How Does Shirley Jackson Use Tradition In The Short Story The Lottery

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Pages: 3

In the short story “The Lottery” by Shirley Jackson, the people of a small town congregate to hold a gathering that makes up the lottery. As the children gather stones, families are called alphabetically to pull a paper out of a box. When Bill Hutchinson draws the dreaded marked paper, each of his family members have to draw to see who gets chosen. Bill’s wife, Tessie, had the paper with the black dot on it. Her friends and family are to stone her to death, as tradition dictates. “A stone hit her on the side of the head” (Jackson 30).
Shirley Jackson, in the story “The Lottery”, startles readers by giving a chilling account of tradition in a small town. The people of the town are fearful of rebelling against the tradition of stoning a member to death by lottery drawing. This old custom was held onto by the elders of the town like Old Man Warner when he refers to the “pack of young fools” who have quit doing lotteries (Jackson 28). They need to look at the traditions that are still thriving and evaluate their usefulness. The townspeople have gotten used to this practice and do not appear to be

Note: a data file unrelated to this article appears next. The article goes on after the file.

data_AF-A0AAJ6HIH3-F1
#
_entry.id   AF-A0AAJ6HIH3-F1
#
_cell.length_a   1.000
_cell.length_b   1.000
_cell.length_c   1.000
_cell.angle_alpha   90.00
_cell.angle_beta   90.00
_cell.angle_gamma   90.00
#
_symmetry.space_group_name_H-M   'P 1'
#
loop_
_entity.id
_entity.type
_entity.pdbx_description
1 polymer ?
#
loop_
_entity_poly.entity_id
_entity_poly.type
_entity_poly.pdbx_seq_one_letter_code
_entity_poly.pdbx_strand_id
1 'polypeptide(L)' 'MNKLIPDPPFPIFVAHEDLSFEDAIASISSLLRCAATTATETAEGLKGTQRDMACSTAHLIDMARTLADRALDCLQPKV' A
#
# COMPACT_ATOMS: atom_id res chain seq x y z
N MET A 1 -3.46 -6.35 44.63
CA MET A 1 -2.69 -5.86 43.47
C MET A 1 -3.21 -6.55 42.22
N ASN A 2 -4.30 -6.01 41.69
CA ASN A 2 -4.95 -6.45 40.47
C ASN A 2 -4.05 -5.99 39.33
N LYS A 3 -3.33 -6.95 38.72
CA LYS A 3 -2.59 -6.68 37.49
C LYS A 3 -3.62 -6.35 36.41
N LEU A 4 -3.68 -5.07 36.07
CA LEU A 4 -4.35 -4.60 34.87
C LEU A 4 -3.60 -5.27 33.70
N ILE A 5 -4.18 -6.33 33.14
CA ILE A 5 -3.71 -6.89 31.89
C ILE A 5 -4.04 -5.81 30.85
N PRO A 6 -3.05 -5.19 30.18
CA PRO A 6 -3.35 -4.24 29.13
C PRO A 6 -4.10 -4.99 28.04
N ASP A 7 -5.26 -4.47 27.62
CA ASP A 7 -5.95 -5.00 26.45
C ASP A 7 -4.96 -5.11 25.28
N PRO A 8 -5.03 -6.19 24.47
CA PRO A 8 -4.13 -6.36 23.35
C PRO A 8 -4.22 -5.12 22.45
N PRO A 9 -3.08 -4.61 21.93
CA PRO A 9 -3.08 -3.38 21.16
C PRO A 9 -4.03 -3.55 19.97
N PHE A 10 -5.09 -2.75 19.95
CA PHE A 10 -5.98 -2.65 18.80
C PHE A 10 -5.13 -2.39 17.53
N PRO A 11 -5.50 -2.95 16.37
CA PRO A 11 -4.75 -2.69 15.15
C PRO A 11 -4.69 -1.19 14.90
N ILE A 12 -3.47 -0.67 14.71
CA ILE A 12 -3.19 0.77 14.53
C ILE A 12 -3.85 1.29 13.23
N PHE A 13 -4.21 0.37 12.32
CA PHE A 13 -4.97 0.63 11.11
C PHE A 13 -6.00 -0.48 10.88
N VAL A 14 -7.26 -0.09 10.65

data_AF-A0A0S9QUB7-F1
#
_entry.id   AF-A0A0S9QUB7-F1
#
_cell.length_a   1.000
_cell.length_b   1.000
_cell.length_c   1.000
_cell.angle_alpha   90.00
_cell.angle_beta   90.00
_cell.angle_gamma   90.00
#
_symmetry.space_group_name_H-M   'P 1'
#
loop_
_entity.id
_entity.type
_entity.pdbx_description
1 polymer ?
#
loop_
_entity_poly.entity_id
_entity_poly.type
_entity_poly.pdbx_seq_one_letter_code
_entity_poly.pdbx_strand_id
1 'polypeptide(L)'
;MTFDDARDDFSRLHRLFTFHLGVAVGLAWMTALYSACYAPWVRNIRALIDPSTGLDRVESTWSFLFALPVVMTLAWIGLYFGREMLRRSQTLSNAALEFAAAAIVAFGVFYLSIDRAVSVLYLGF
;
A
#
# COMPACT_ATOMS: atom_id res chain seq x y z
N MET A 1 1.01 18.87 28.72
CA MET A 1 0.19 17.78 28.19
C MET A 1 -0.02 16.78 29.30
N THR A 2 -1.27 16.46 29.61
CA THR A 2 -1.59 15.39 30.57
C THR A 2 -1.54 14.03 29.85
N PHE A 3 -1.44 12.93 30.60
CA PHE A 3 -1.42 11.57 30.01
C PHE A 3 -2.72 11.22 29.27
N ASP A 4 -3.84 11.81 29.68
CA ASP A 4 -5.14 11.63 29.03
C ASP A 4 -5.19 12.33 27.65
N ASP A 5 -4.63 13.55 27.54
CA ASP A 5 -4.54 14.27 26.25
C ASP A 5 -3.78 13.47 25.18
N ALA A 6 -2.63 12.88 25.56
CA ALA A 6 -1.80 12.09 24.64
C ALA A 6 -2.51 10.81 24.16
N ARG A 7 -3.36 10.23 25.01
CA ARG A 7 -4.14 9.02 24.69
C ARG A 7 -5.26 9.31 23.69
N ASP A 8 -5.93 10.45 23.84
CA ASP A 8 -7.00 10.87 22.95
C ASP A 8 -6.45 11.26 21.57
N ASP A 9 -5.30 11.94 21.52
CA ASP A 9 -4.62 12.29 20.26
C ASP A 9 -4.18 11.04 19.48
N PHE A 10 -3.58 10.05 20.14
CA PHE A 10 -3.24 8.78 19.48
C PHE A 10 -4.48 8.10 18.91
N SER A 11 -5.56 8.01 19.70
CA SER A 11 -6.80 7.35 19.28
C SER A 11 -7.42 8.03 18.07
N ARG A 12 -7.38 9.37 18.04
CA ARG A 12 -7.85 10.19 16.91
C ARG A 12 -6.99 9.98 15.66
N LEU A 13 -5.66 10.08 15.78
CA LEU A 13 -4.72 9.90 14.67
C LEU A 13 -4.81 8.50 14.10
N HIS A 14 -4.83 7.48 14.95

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She repeatedly uses her lies to try to sway characters to do as she would have them do. Although she is portrayed as a Christian, she is constantly influencing through telling made up stories. The Misfit finally calls her bluff when the family is heading to vacation and they meet up with him through a car accident. They think he may be stopping to help but he ends up having the family taken into the woods and shot. All the while, the grandmother is trying to convince him to spare them by telling him he can be forgiven and sharing the gospel with him. “If you would pray, Jesus would help you”, she said to the Misfit (O’Connor 38). In the end, she was killed anyway and dies with a smile upon her